Lifelong Health

Staff’s little extras add up big to family, residents at Sanders Retirement Village

Ellis Hall

Ellis Hall's story

Try slowing down Ellis Hall.

He uses a walker — he just turned 103 after all. But even his son, Fred, will joke that sometimes it seems like a prop.

“Sometimes he just picks the walker up and carries the thing,” Fred says.

Gloucester-born Ellis Hall lives in an assisted living apartment at Riverside Sanders Retirement Village, his home since July 2018. None of the residents at Sanders contracted COVID-19, obviously reassuring to Fred. But his gratitude for the Riverside staff extends beyond that.

“The staff is phenomenal,” he says.

Ellis Hall loves people. When pandemic restrictions relaxed, he returned to his routine of visiting the TV and piano rooms during the day to socialize with staff and residents. Almost every time Fred calls, his dad doesn’t answer because he doesn’t stay confined to his room. A staff member is always willing to take a few minutes to track Ellis down so he can connect with his son.

Last May, when Ellis turned 102, the pandemic was still relatively fresh. The Hall family put together a celebratory video that the staff watched with Ellis. The family had a cake delivered, and several family members gathered by his window.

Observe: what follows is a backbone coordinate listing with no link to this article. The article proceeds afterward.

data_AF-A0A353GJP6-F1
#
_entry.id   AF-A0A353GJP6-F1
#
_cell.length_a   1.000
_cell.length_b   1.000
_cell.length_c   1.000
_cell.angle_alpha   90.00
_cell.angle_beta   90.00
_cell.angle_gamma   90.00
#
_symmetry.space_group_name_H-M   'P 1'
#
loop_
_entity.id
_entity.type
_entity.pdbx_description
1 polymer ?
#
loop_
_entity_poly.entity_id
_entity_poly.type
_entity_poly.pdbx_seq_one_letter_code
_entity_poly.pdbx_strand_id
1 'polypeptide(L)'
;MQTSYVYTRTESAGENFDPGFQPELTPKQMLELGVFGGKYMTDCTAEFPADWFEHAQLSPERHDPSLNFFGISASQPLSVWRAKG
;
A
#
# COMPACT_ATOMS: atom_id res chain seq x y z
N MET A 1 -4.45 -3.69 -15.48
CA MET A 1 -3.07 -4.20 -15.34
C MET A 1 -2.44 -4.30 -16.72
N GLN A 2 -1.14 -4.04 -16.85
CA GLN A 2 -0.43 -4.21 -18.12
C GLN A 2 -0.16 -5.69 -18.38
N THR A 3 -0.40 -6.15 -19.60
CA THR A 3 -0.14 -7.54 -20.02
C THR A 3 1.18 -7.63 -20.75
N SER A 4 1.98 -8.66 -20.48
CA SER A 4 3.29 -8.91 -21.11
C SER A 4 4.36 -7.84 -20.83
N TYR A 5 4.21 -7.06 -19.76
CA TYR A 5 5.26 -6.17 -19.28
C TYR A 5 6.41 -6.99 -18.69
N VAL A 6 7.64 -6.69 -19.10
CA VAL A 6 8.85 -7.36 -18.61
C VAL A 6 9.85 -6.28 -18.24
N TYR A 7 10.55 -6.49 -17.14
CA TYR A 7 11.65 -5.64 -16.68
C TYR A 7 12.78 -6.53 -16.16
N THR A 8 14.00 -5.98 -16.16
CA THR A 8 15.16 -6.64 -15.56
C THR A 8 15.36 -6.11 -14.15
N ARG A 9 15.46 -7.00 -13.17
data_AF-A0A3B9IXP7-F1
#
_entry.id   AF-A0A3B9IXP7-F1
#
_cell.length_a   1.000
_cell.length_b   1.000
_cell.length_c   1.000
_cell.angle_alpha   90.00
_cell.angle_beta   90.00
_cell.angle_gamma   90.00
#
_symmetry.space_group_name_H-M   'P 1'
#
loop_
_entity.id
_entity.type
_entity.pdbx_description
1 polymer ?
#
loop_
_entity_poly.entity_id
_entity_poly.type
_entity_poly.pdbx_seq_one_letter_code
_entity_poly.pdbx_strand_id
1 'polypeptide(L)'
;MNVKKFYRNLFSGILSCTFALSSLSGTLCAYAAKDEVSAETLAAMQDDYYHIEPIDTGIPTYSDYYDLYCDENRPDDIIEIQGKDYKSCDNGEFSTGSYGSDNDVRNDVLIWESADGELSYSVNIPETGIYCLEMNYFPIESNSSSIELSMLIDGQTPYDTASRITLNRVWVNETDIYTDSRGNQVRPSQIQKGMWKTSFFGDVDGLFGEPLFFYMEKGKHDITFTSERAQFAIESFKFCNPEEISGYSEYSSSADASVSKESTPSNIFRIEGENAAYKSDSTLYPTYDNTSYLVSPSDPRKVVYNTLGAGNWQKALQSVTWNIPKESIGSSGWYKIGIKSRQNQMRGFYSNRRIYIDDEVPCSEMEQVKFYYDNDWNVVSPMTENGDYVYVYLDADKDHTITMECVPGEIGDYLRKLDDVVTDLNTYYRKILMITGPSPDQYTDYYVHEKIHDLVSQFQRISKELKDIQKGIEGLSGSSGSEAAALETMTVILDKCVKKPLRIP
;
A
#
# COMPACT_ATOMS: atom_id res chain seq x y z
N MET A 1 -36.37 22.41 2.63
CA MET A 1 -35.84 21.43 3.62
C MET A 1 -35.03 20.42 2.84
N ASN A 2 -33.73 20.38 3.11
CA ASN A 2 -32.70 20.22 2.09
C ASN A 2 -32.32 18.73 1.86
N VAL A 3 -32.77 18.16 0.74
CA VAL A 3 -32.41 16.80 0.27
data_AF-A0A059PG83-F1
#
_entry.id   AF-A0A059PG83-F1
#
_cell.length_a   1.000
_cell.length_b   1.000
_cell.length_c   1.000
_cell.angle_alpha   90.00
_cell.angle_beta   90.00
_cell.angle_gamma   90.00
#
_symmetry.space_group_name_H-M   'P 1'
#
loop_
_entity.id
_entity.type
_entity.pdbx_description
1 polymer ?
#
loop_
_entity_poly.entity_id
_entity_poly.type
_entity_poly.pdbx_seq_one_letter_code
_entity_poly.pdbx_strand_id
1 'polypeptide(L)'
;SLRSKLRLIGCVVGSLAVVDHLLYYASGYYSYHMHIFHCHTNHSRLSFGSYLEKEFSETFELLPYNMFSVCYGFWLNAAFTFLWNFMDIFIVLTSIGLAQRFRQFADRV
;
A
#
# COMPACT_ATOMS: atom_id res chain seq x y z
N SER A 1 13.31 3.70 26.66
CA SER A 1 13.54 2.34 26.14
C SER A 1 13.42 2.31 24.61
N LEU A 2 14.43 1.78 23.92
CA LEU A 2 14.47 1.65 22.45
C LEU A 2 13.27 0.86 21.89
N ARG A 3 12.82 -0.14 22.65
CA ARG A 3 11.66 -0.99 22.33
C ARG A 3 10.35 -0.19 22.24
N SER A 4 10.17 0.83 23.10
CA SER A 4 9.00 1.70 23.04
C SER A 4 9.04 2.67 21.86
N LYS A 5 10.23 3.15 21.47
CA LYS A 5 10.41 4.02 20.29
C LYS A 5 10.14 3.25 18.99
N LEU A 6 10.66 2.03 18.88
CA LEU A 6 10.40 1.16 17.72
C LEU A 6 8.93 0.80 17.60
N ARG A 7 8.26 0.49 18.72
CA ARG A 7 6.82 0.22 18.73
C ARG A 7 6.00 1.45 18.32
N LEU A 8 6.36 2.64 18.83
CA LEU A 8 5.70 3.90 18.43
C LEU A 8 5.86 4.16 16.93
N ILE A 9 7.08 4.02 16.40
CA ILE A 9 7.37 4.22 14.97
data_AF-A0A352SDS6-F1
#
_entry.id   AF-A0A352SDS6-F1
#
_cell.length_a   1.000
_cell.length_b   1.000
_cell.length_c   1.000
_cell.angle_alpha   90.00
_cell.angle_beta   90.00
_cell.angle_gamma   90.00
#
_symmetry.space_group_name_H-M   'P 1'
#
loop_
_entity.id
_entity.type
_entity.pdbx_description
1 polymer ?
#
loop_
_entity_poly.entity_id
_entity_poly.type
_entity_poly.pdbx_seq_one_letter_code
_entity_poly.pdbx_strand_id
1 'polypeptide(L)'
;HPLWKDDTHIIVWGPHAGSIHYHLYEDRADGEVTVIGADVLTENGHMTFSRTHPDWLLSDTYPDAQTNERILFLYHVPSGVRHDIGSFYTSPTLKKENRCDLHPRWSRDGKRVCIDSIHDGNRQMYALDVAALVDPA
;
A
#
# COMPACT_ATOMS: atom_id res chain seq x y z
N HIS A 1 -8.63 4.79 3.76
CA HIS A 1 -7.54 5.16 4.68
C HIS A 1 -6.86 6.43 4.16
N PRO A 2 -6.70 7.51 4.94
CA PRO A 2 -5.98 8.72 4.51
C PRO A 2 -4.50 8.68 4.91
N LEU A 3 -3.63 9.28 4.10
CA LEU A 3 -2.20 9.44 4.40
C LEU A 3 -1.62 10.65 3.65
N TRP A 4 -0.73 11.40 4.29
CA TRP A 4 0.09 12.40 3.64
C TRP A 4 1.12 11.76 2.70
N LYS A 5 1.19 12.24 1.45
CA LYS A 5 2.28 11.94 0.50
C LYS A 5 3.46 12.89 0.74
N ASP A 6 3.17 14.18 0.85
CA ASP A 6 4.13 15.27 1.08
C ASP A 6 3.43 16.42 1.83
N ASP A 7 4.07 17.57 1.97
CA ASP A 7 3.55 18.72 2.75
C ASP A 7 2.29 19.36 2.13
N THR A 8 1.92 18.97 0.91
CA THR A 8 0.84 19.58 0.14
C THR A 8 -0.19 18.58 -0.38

“The staff was so good,” Fred says. “They brought in the cake and sang to him right there. We were at the window. Under the circumstances, the staff went above and beyond. It was pretty neat.”

Ellis Hall has always been a fastidious dresser, dating back to his days in the furniture business. He prefers his shirts and slacks cleaned and pressed. One of Fred’s cousins drops by to retrieve the laundry that staff gathers for him to take to the dry cleaners. As Ellis tends to leave his things lying about, it’s not a quick task.

“The staff is always doing those little extras,” Fred says.

When Ellis needed to see an ear doctor with a second floor office, Fred didn’t have to worry about his dad navigating stairs or an elevator on his own. “The driver went in with him and got him upstairs and stayed with him,” Fred says. 

When Ellis cracked his hearing aid, a staff member delivered it to an audiologist for repair.

“I couldn’t get down to do that right away,” Fred says. “I am most appreciative of the staff taking the time to do that.”

Last July Ellis received recognition from the Virginia General Assembly. Joint Resolution No. 305 commended his life’s work and accomplishments. With visitation still limited, Riverside staff arranged for Del. Keith Hodges and the Hall family to set up a makeshift ceremony in the parking lot ceremony so Ellis could participate.

“That was something so above and beyond normal activity; we’re so appreciative for that,” Fred says, adding, “Dad is in exactly the right place with the right staff.”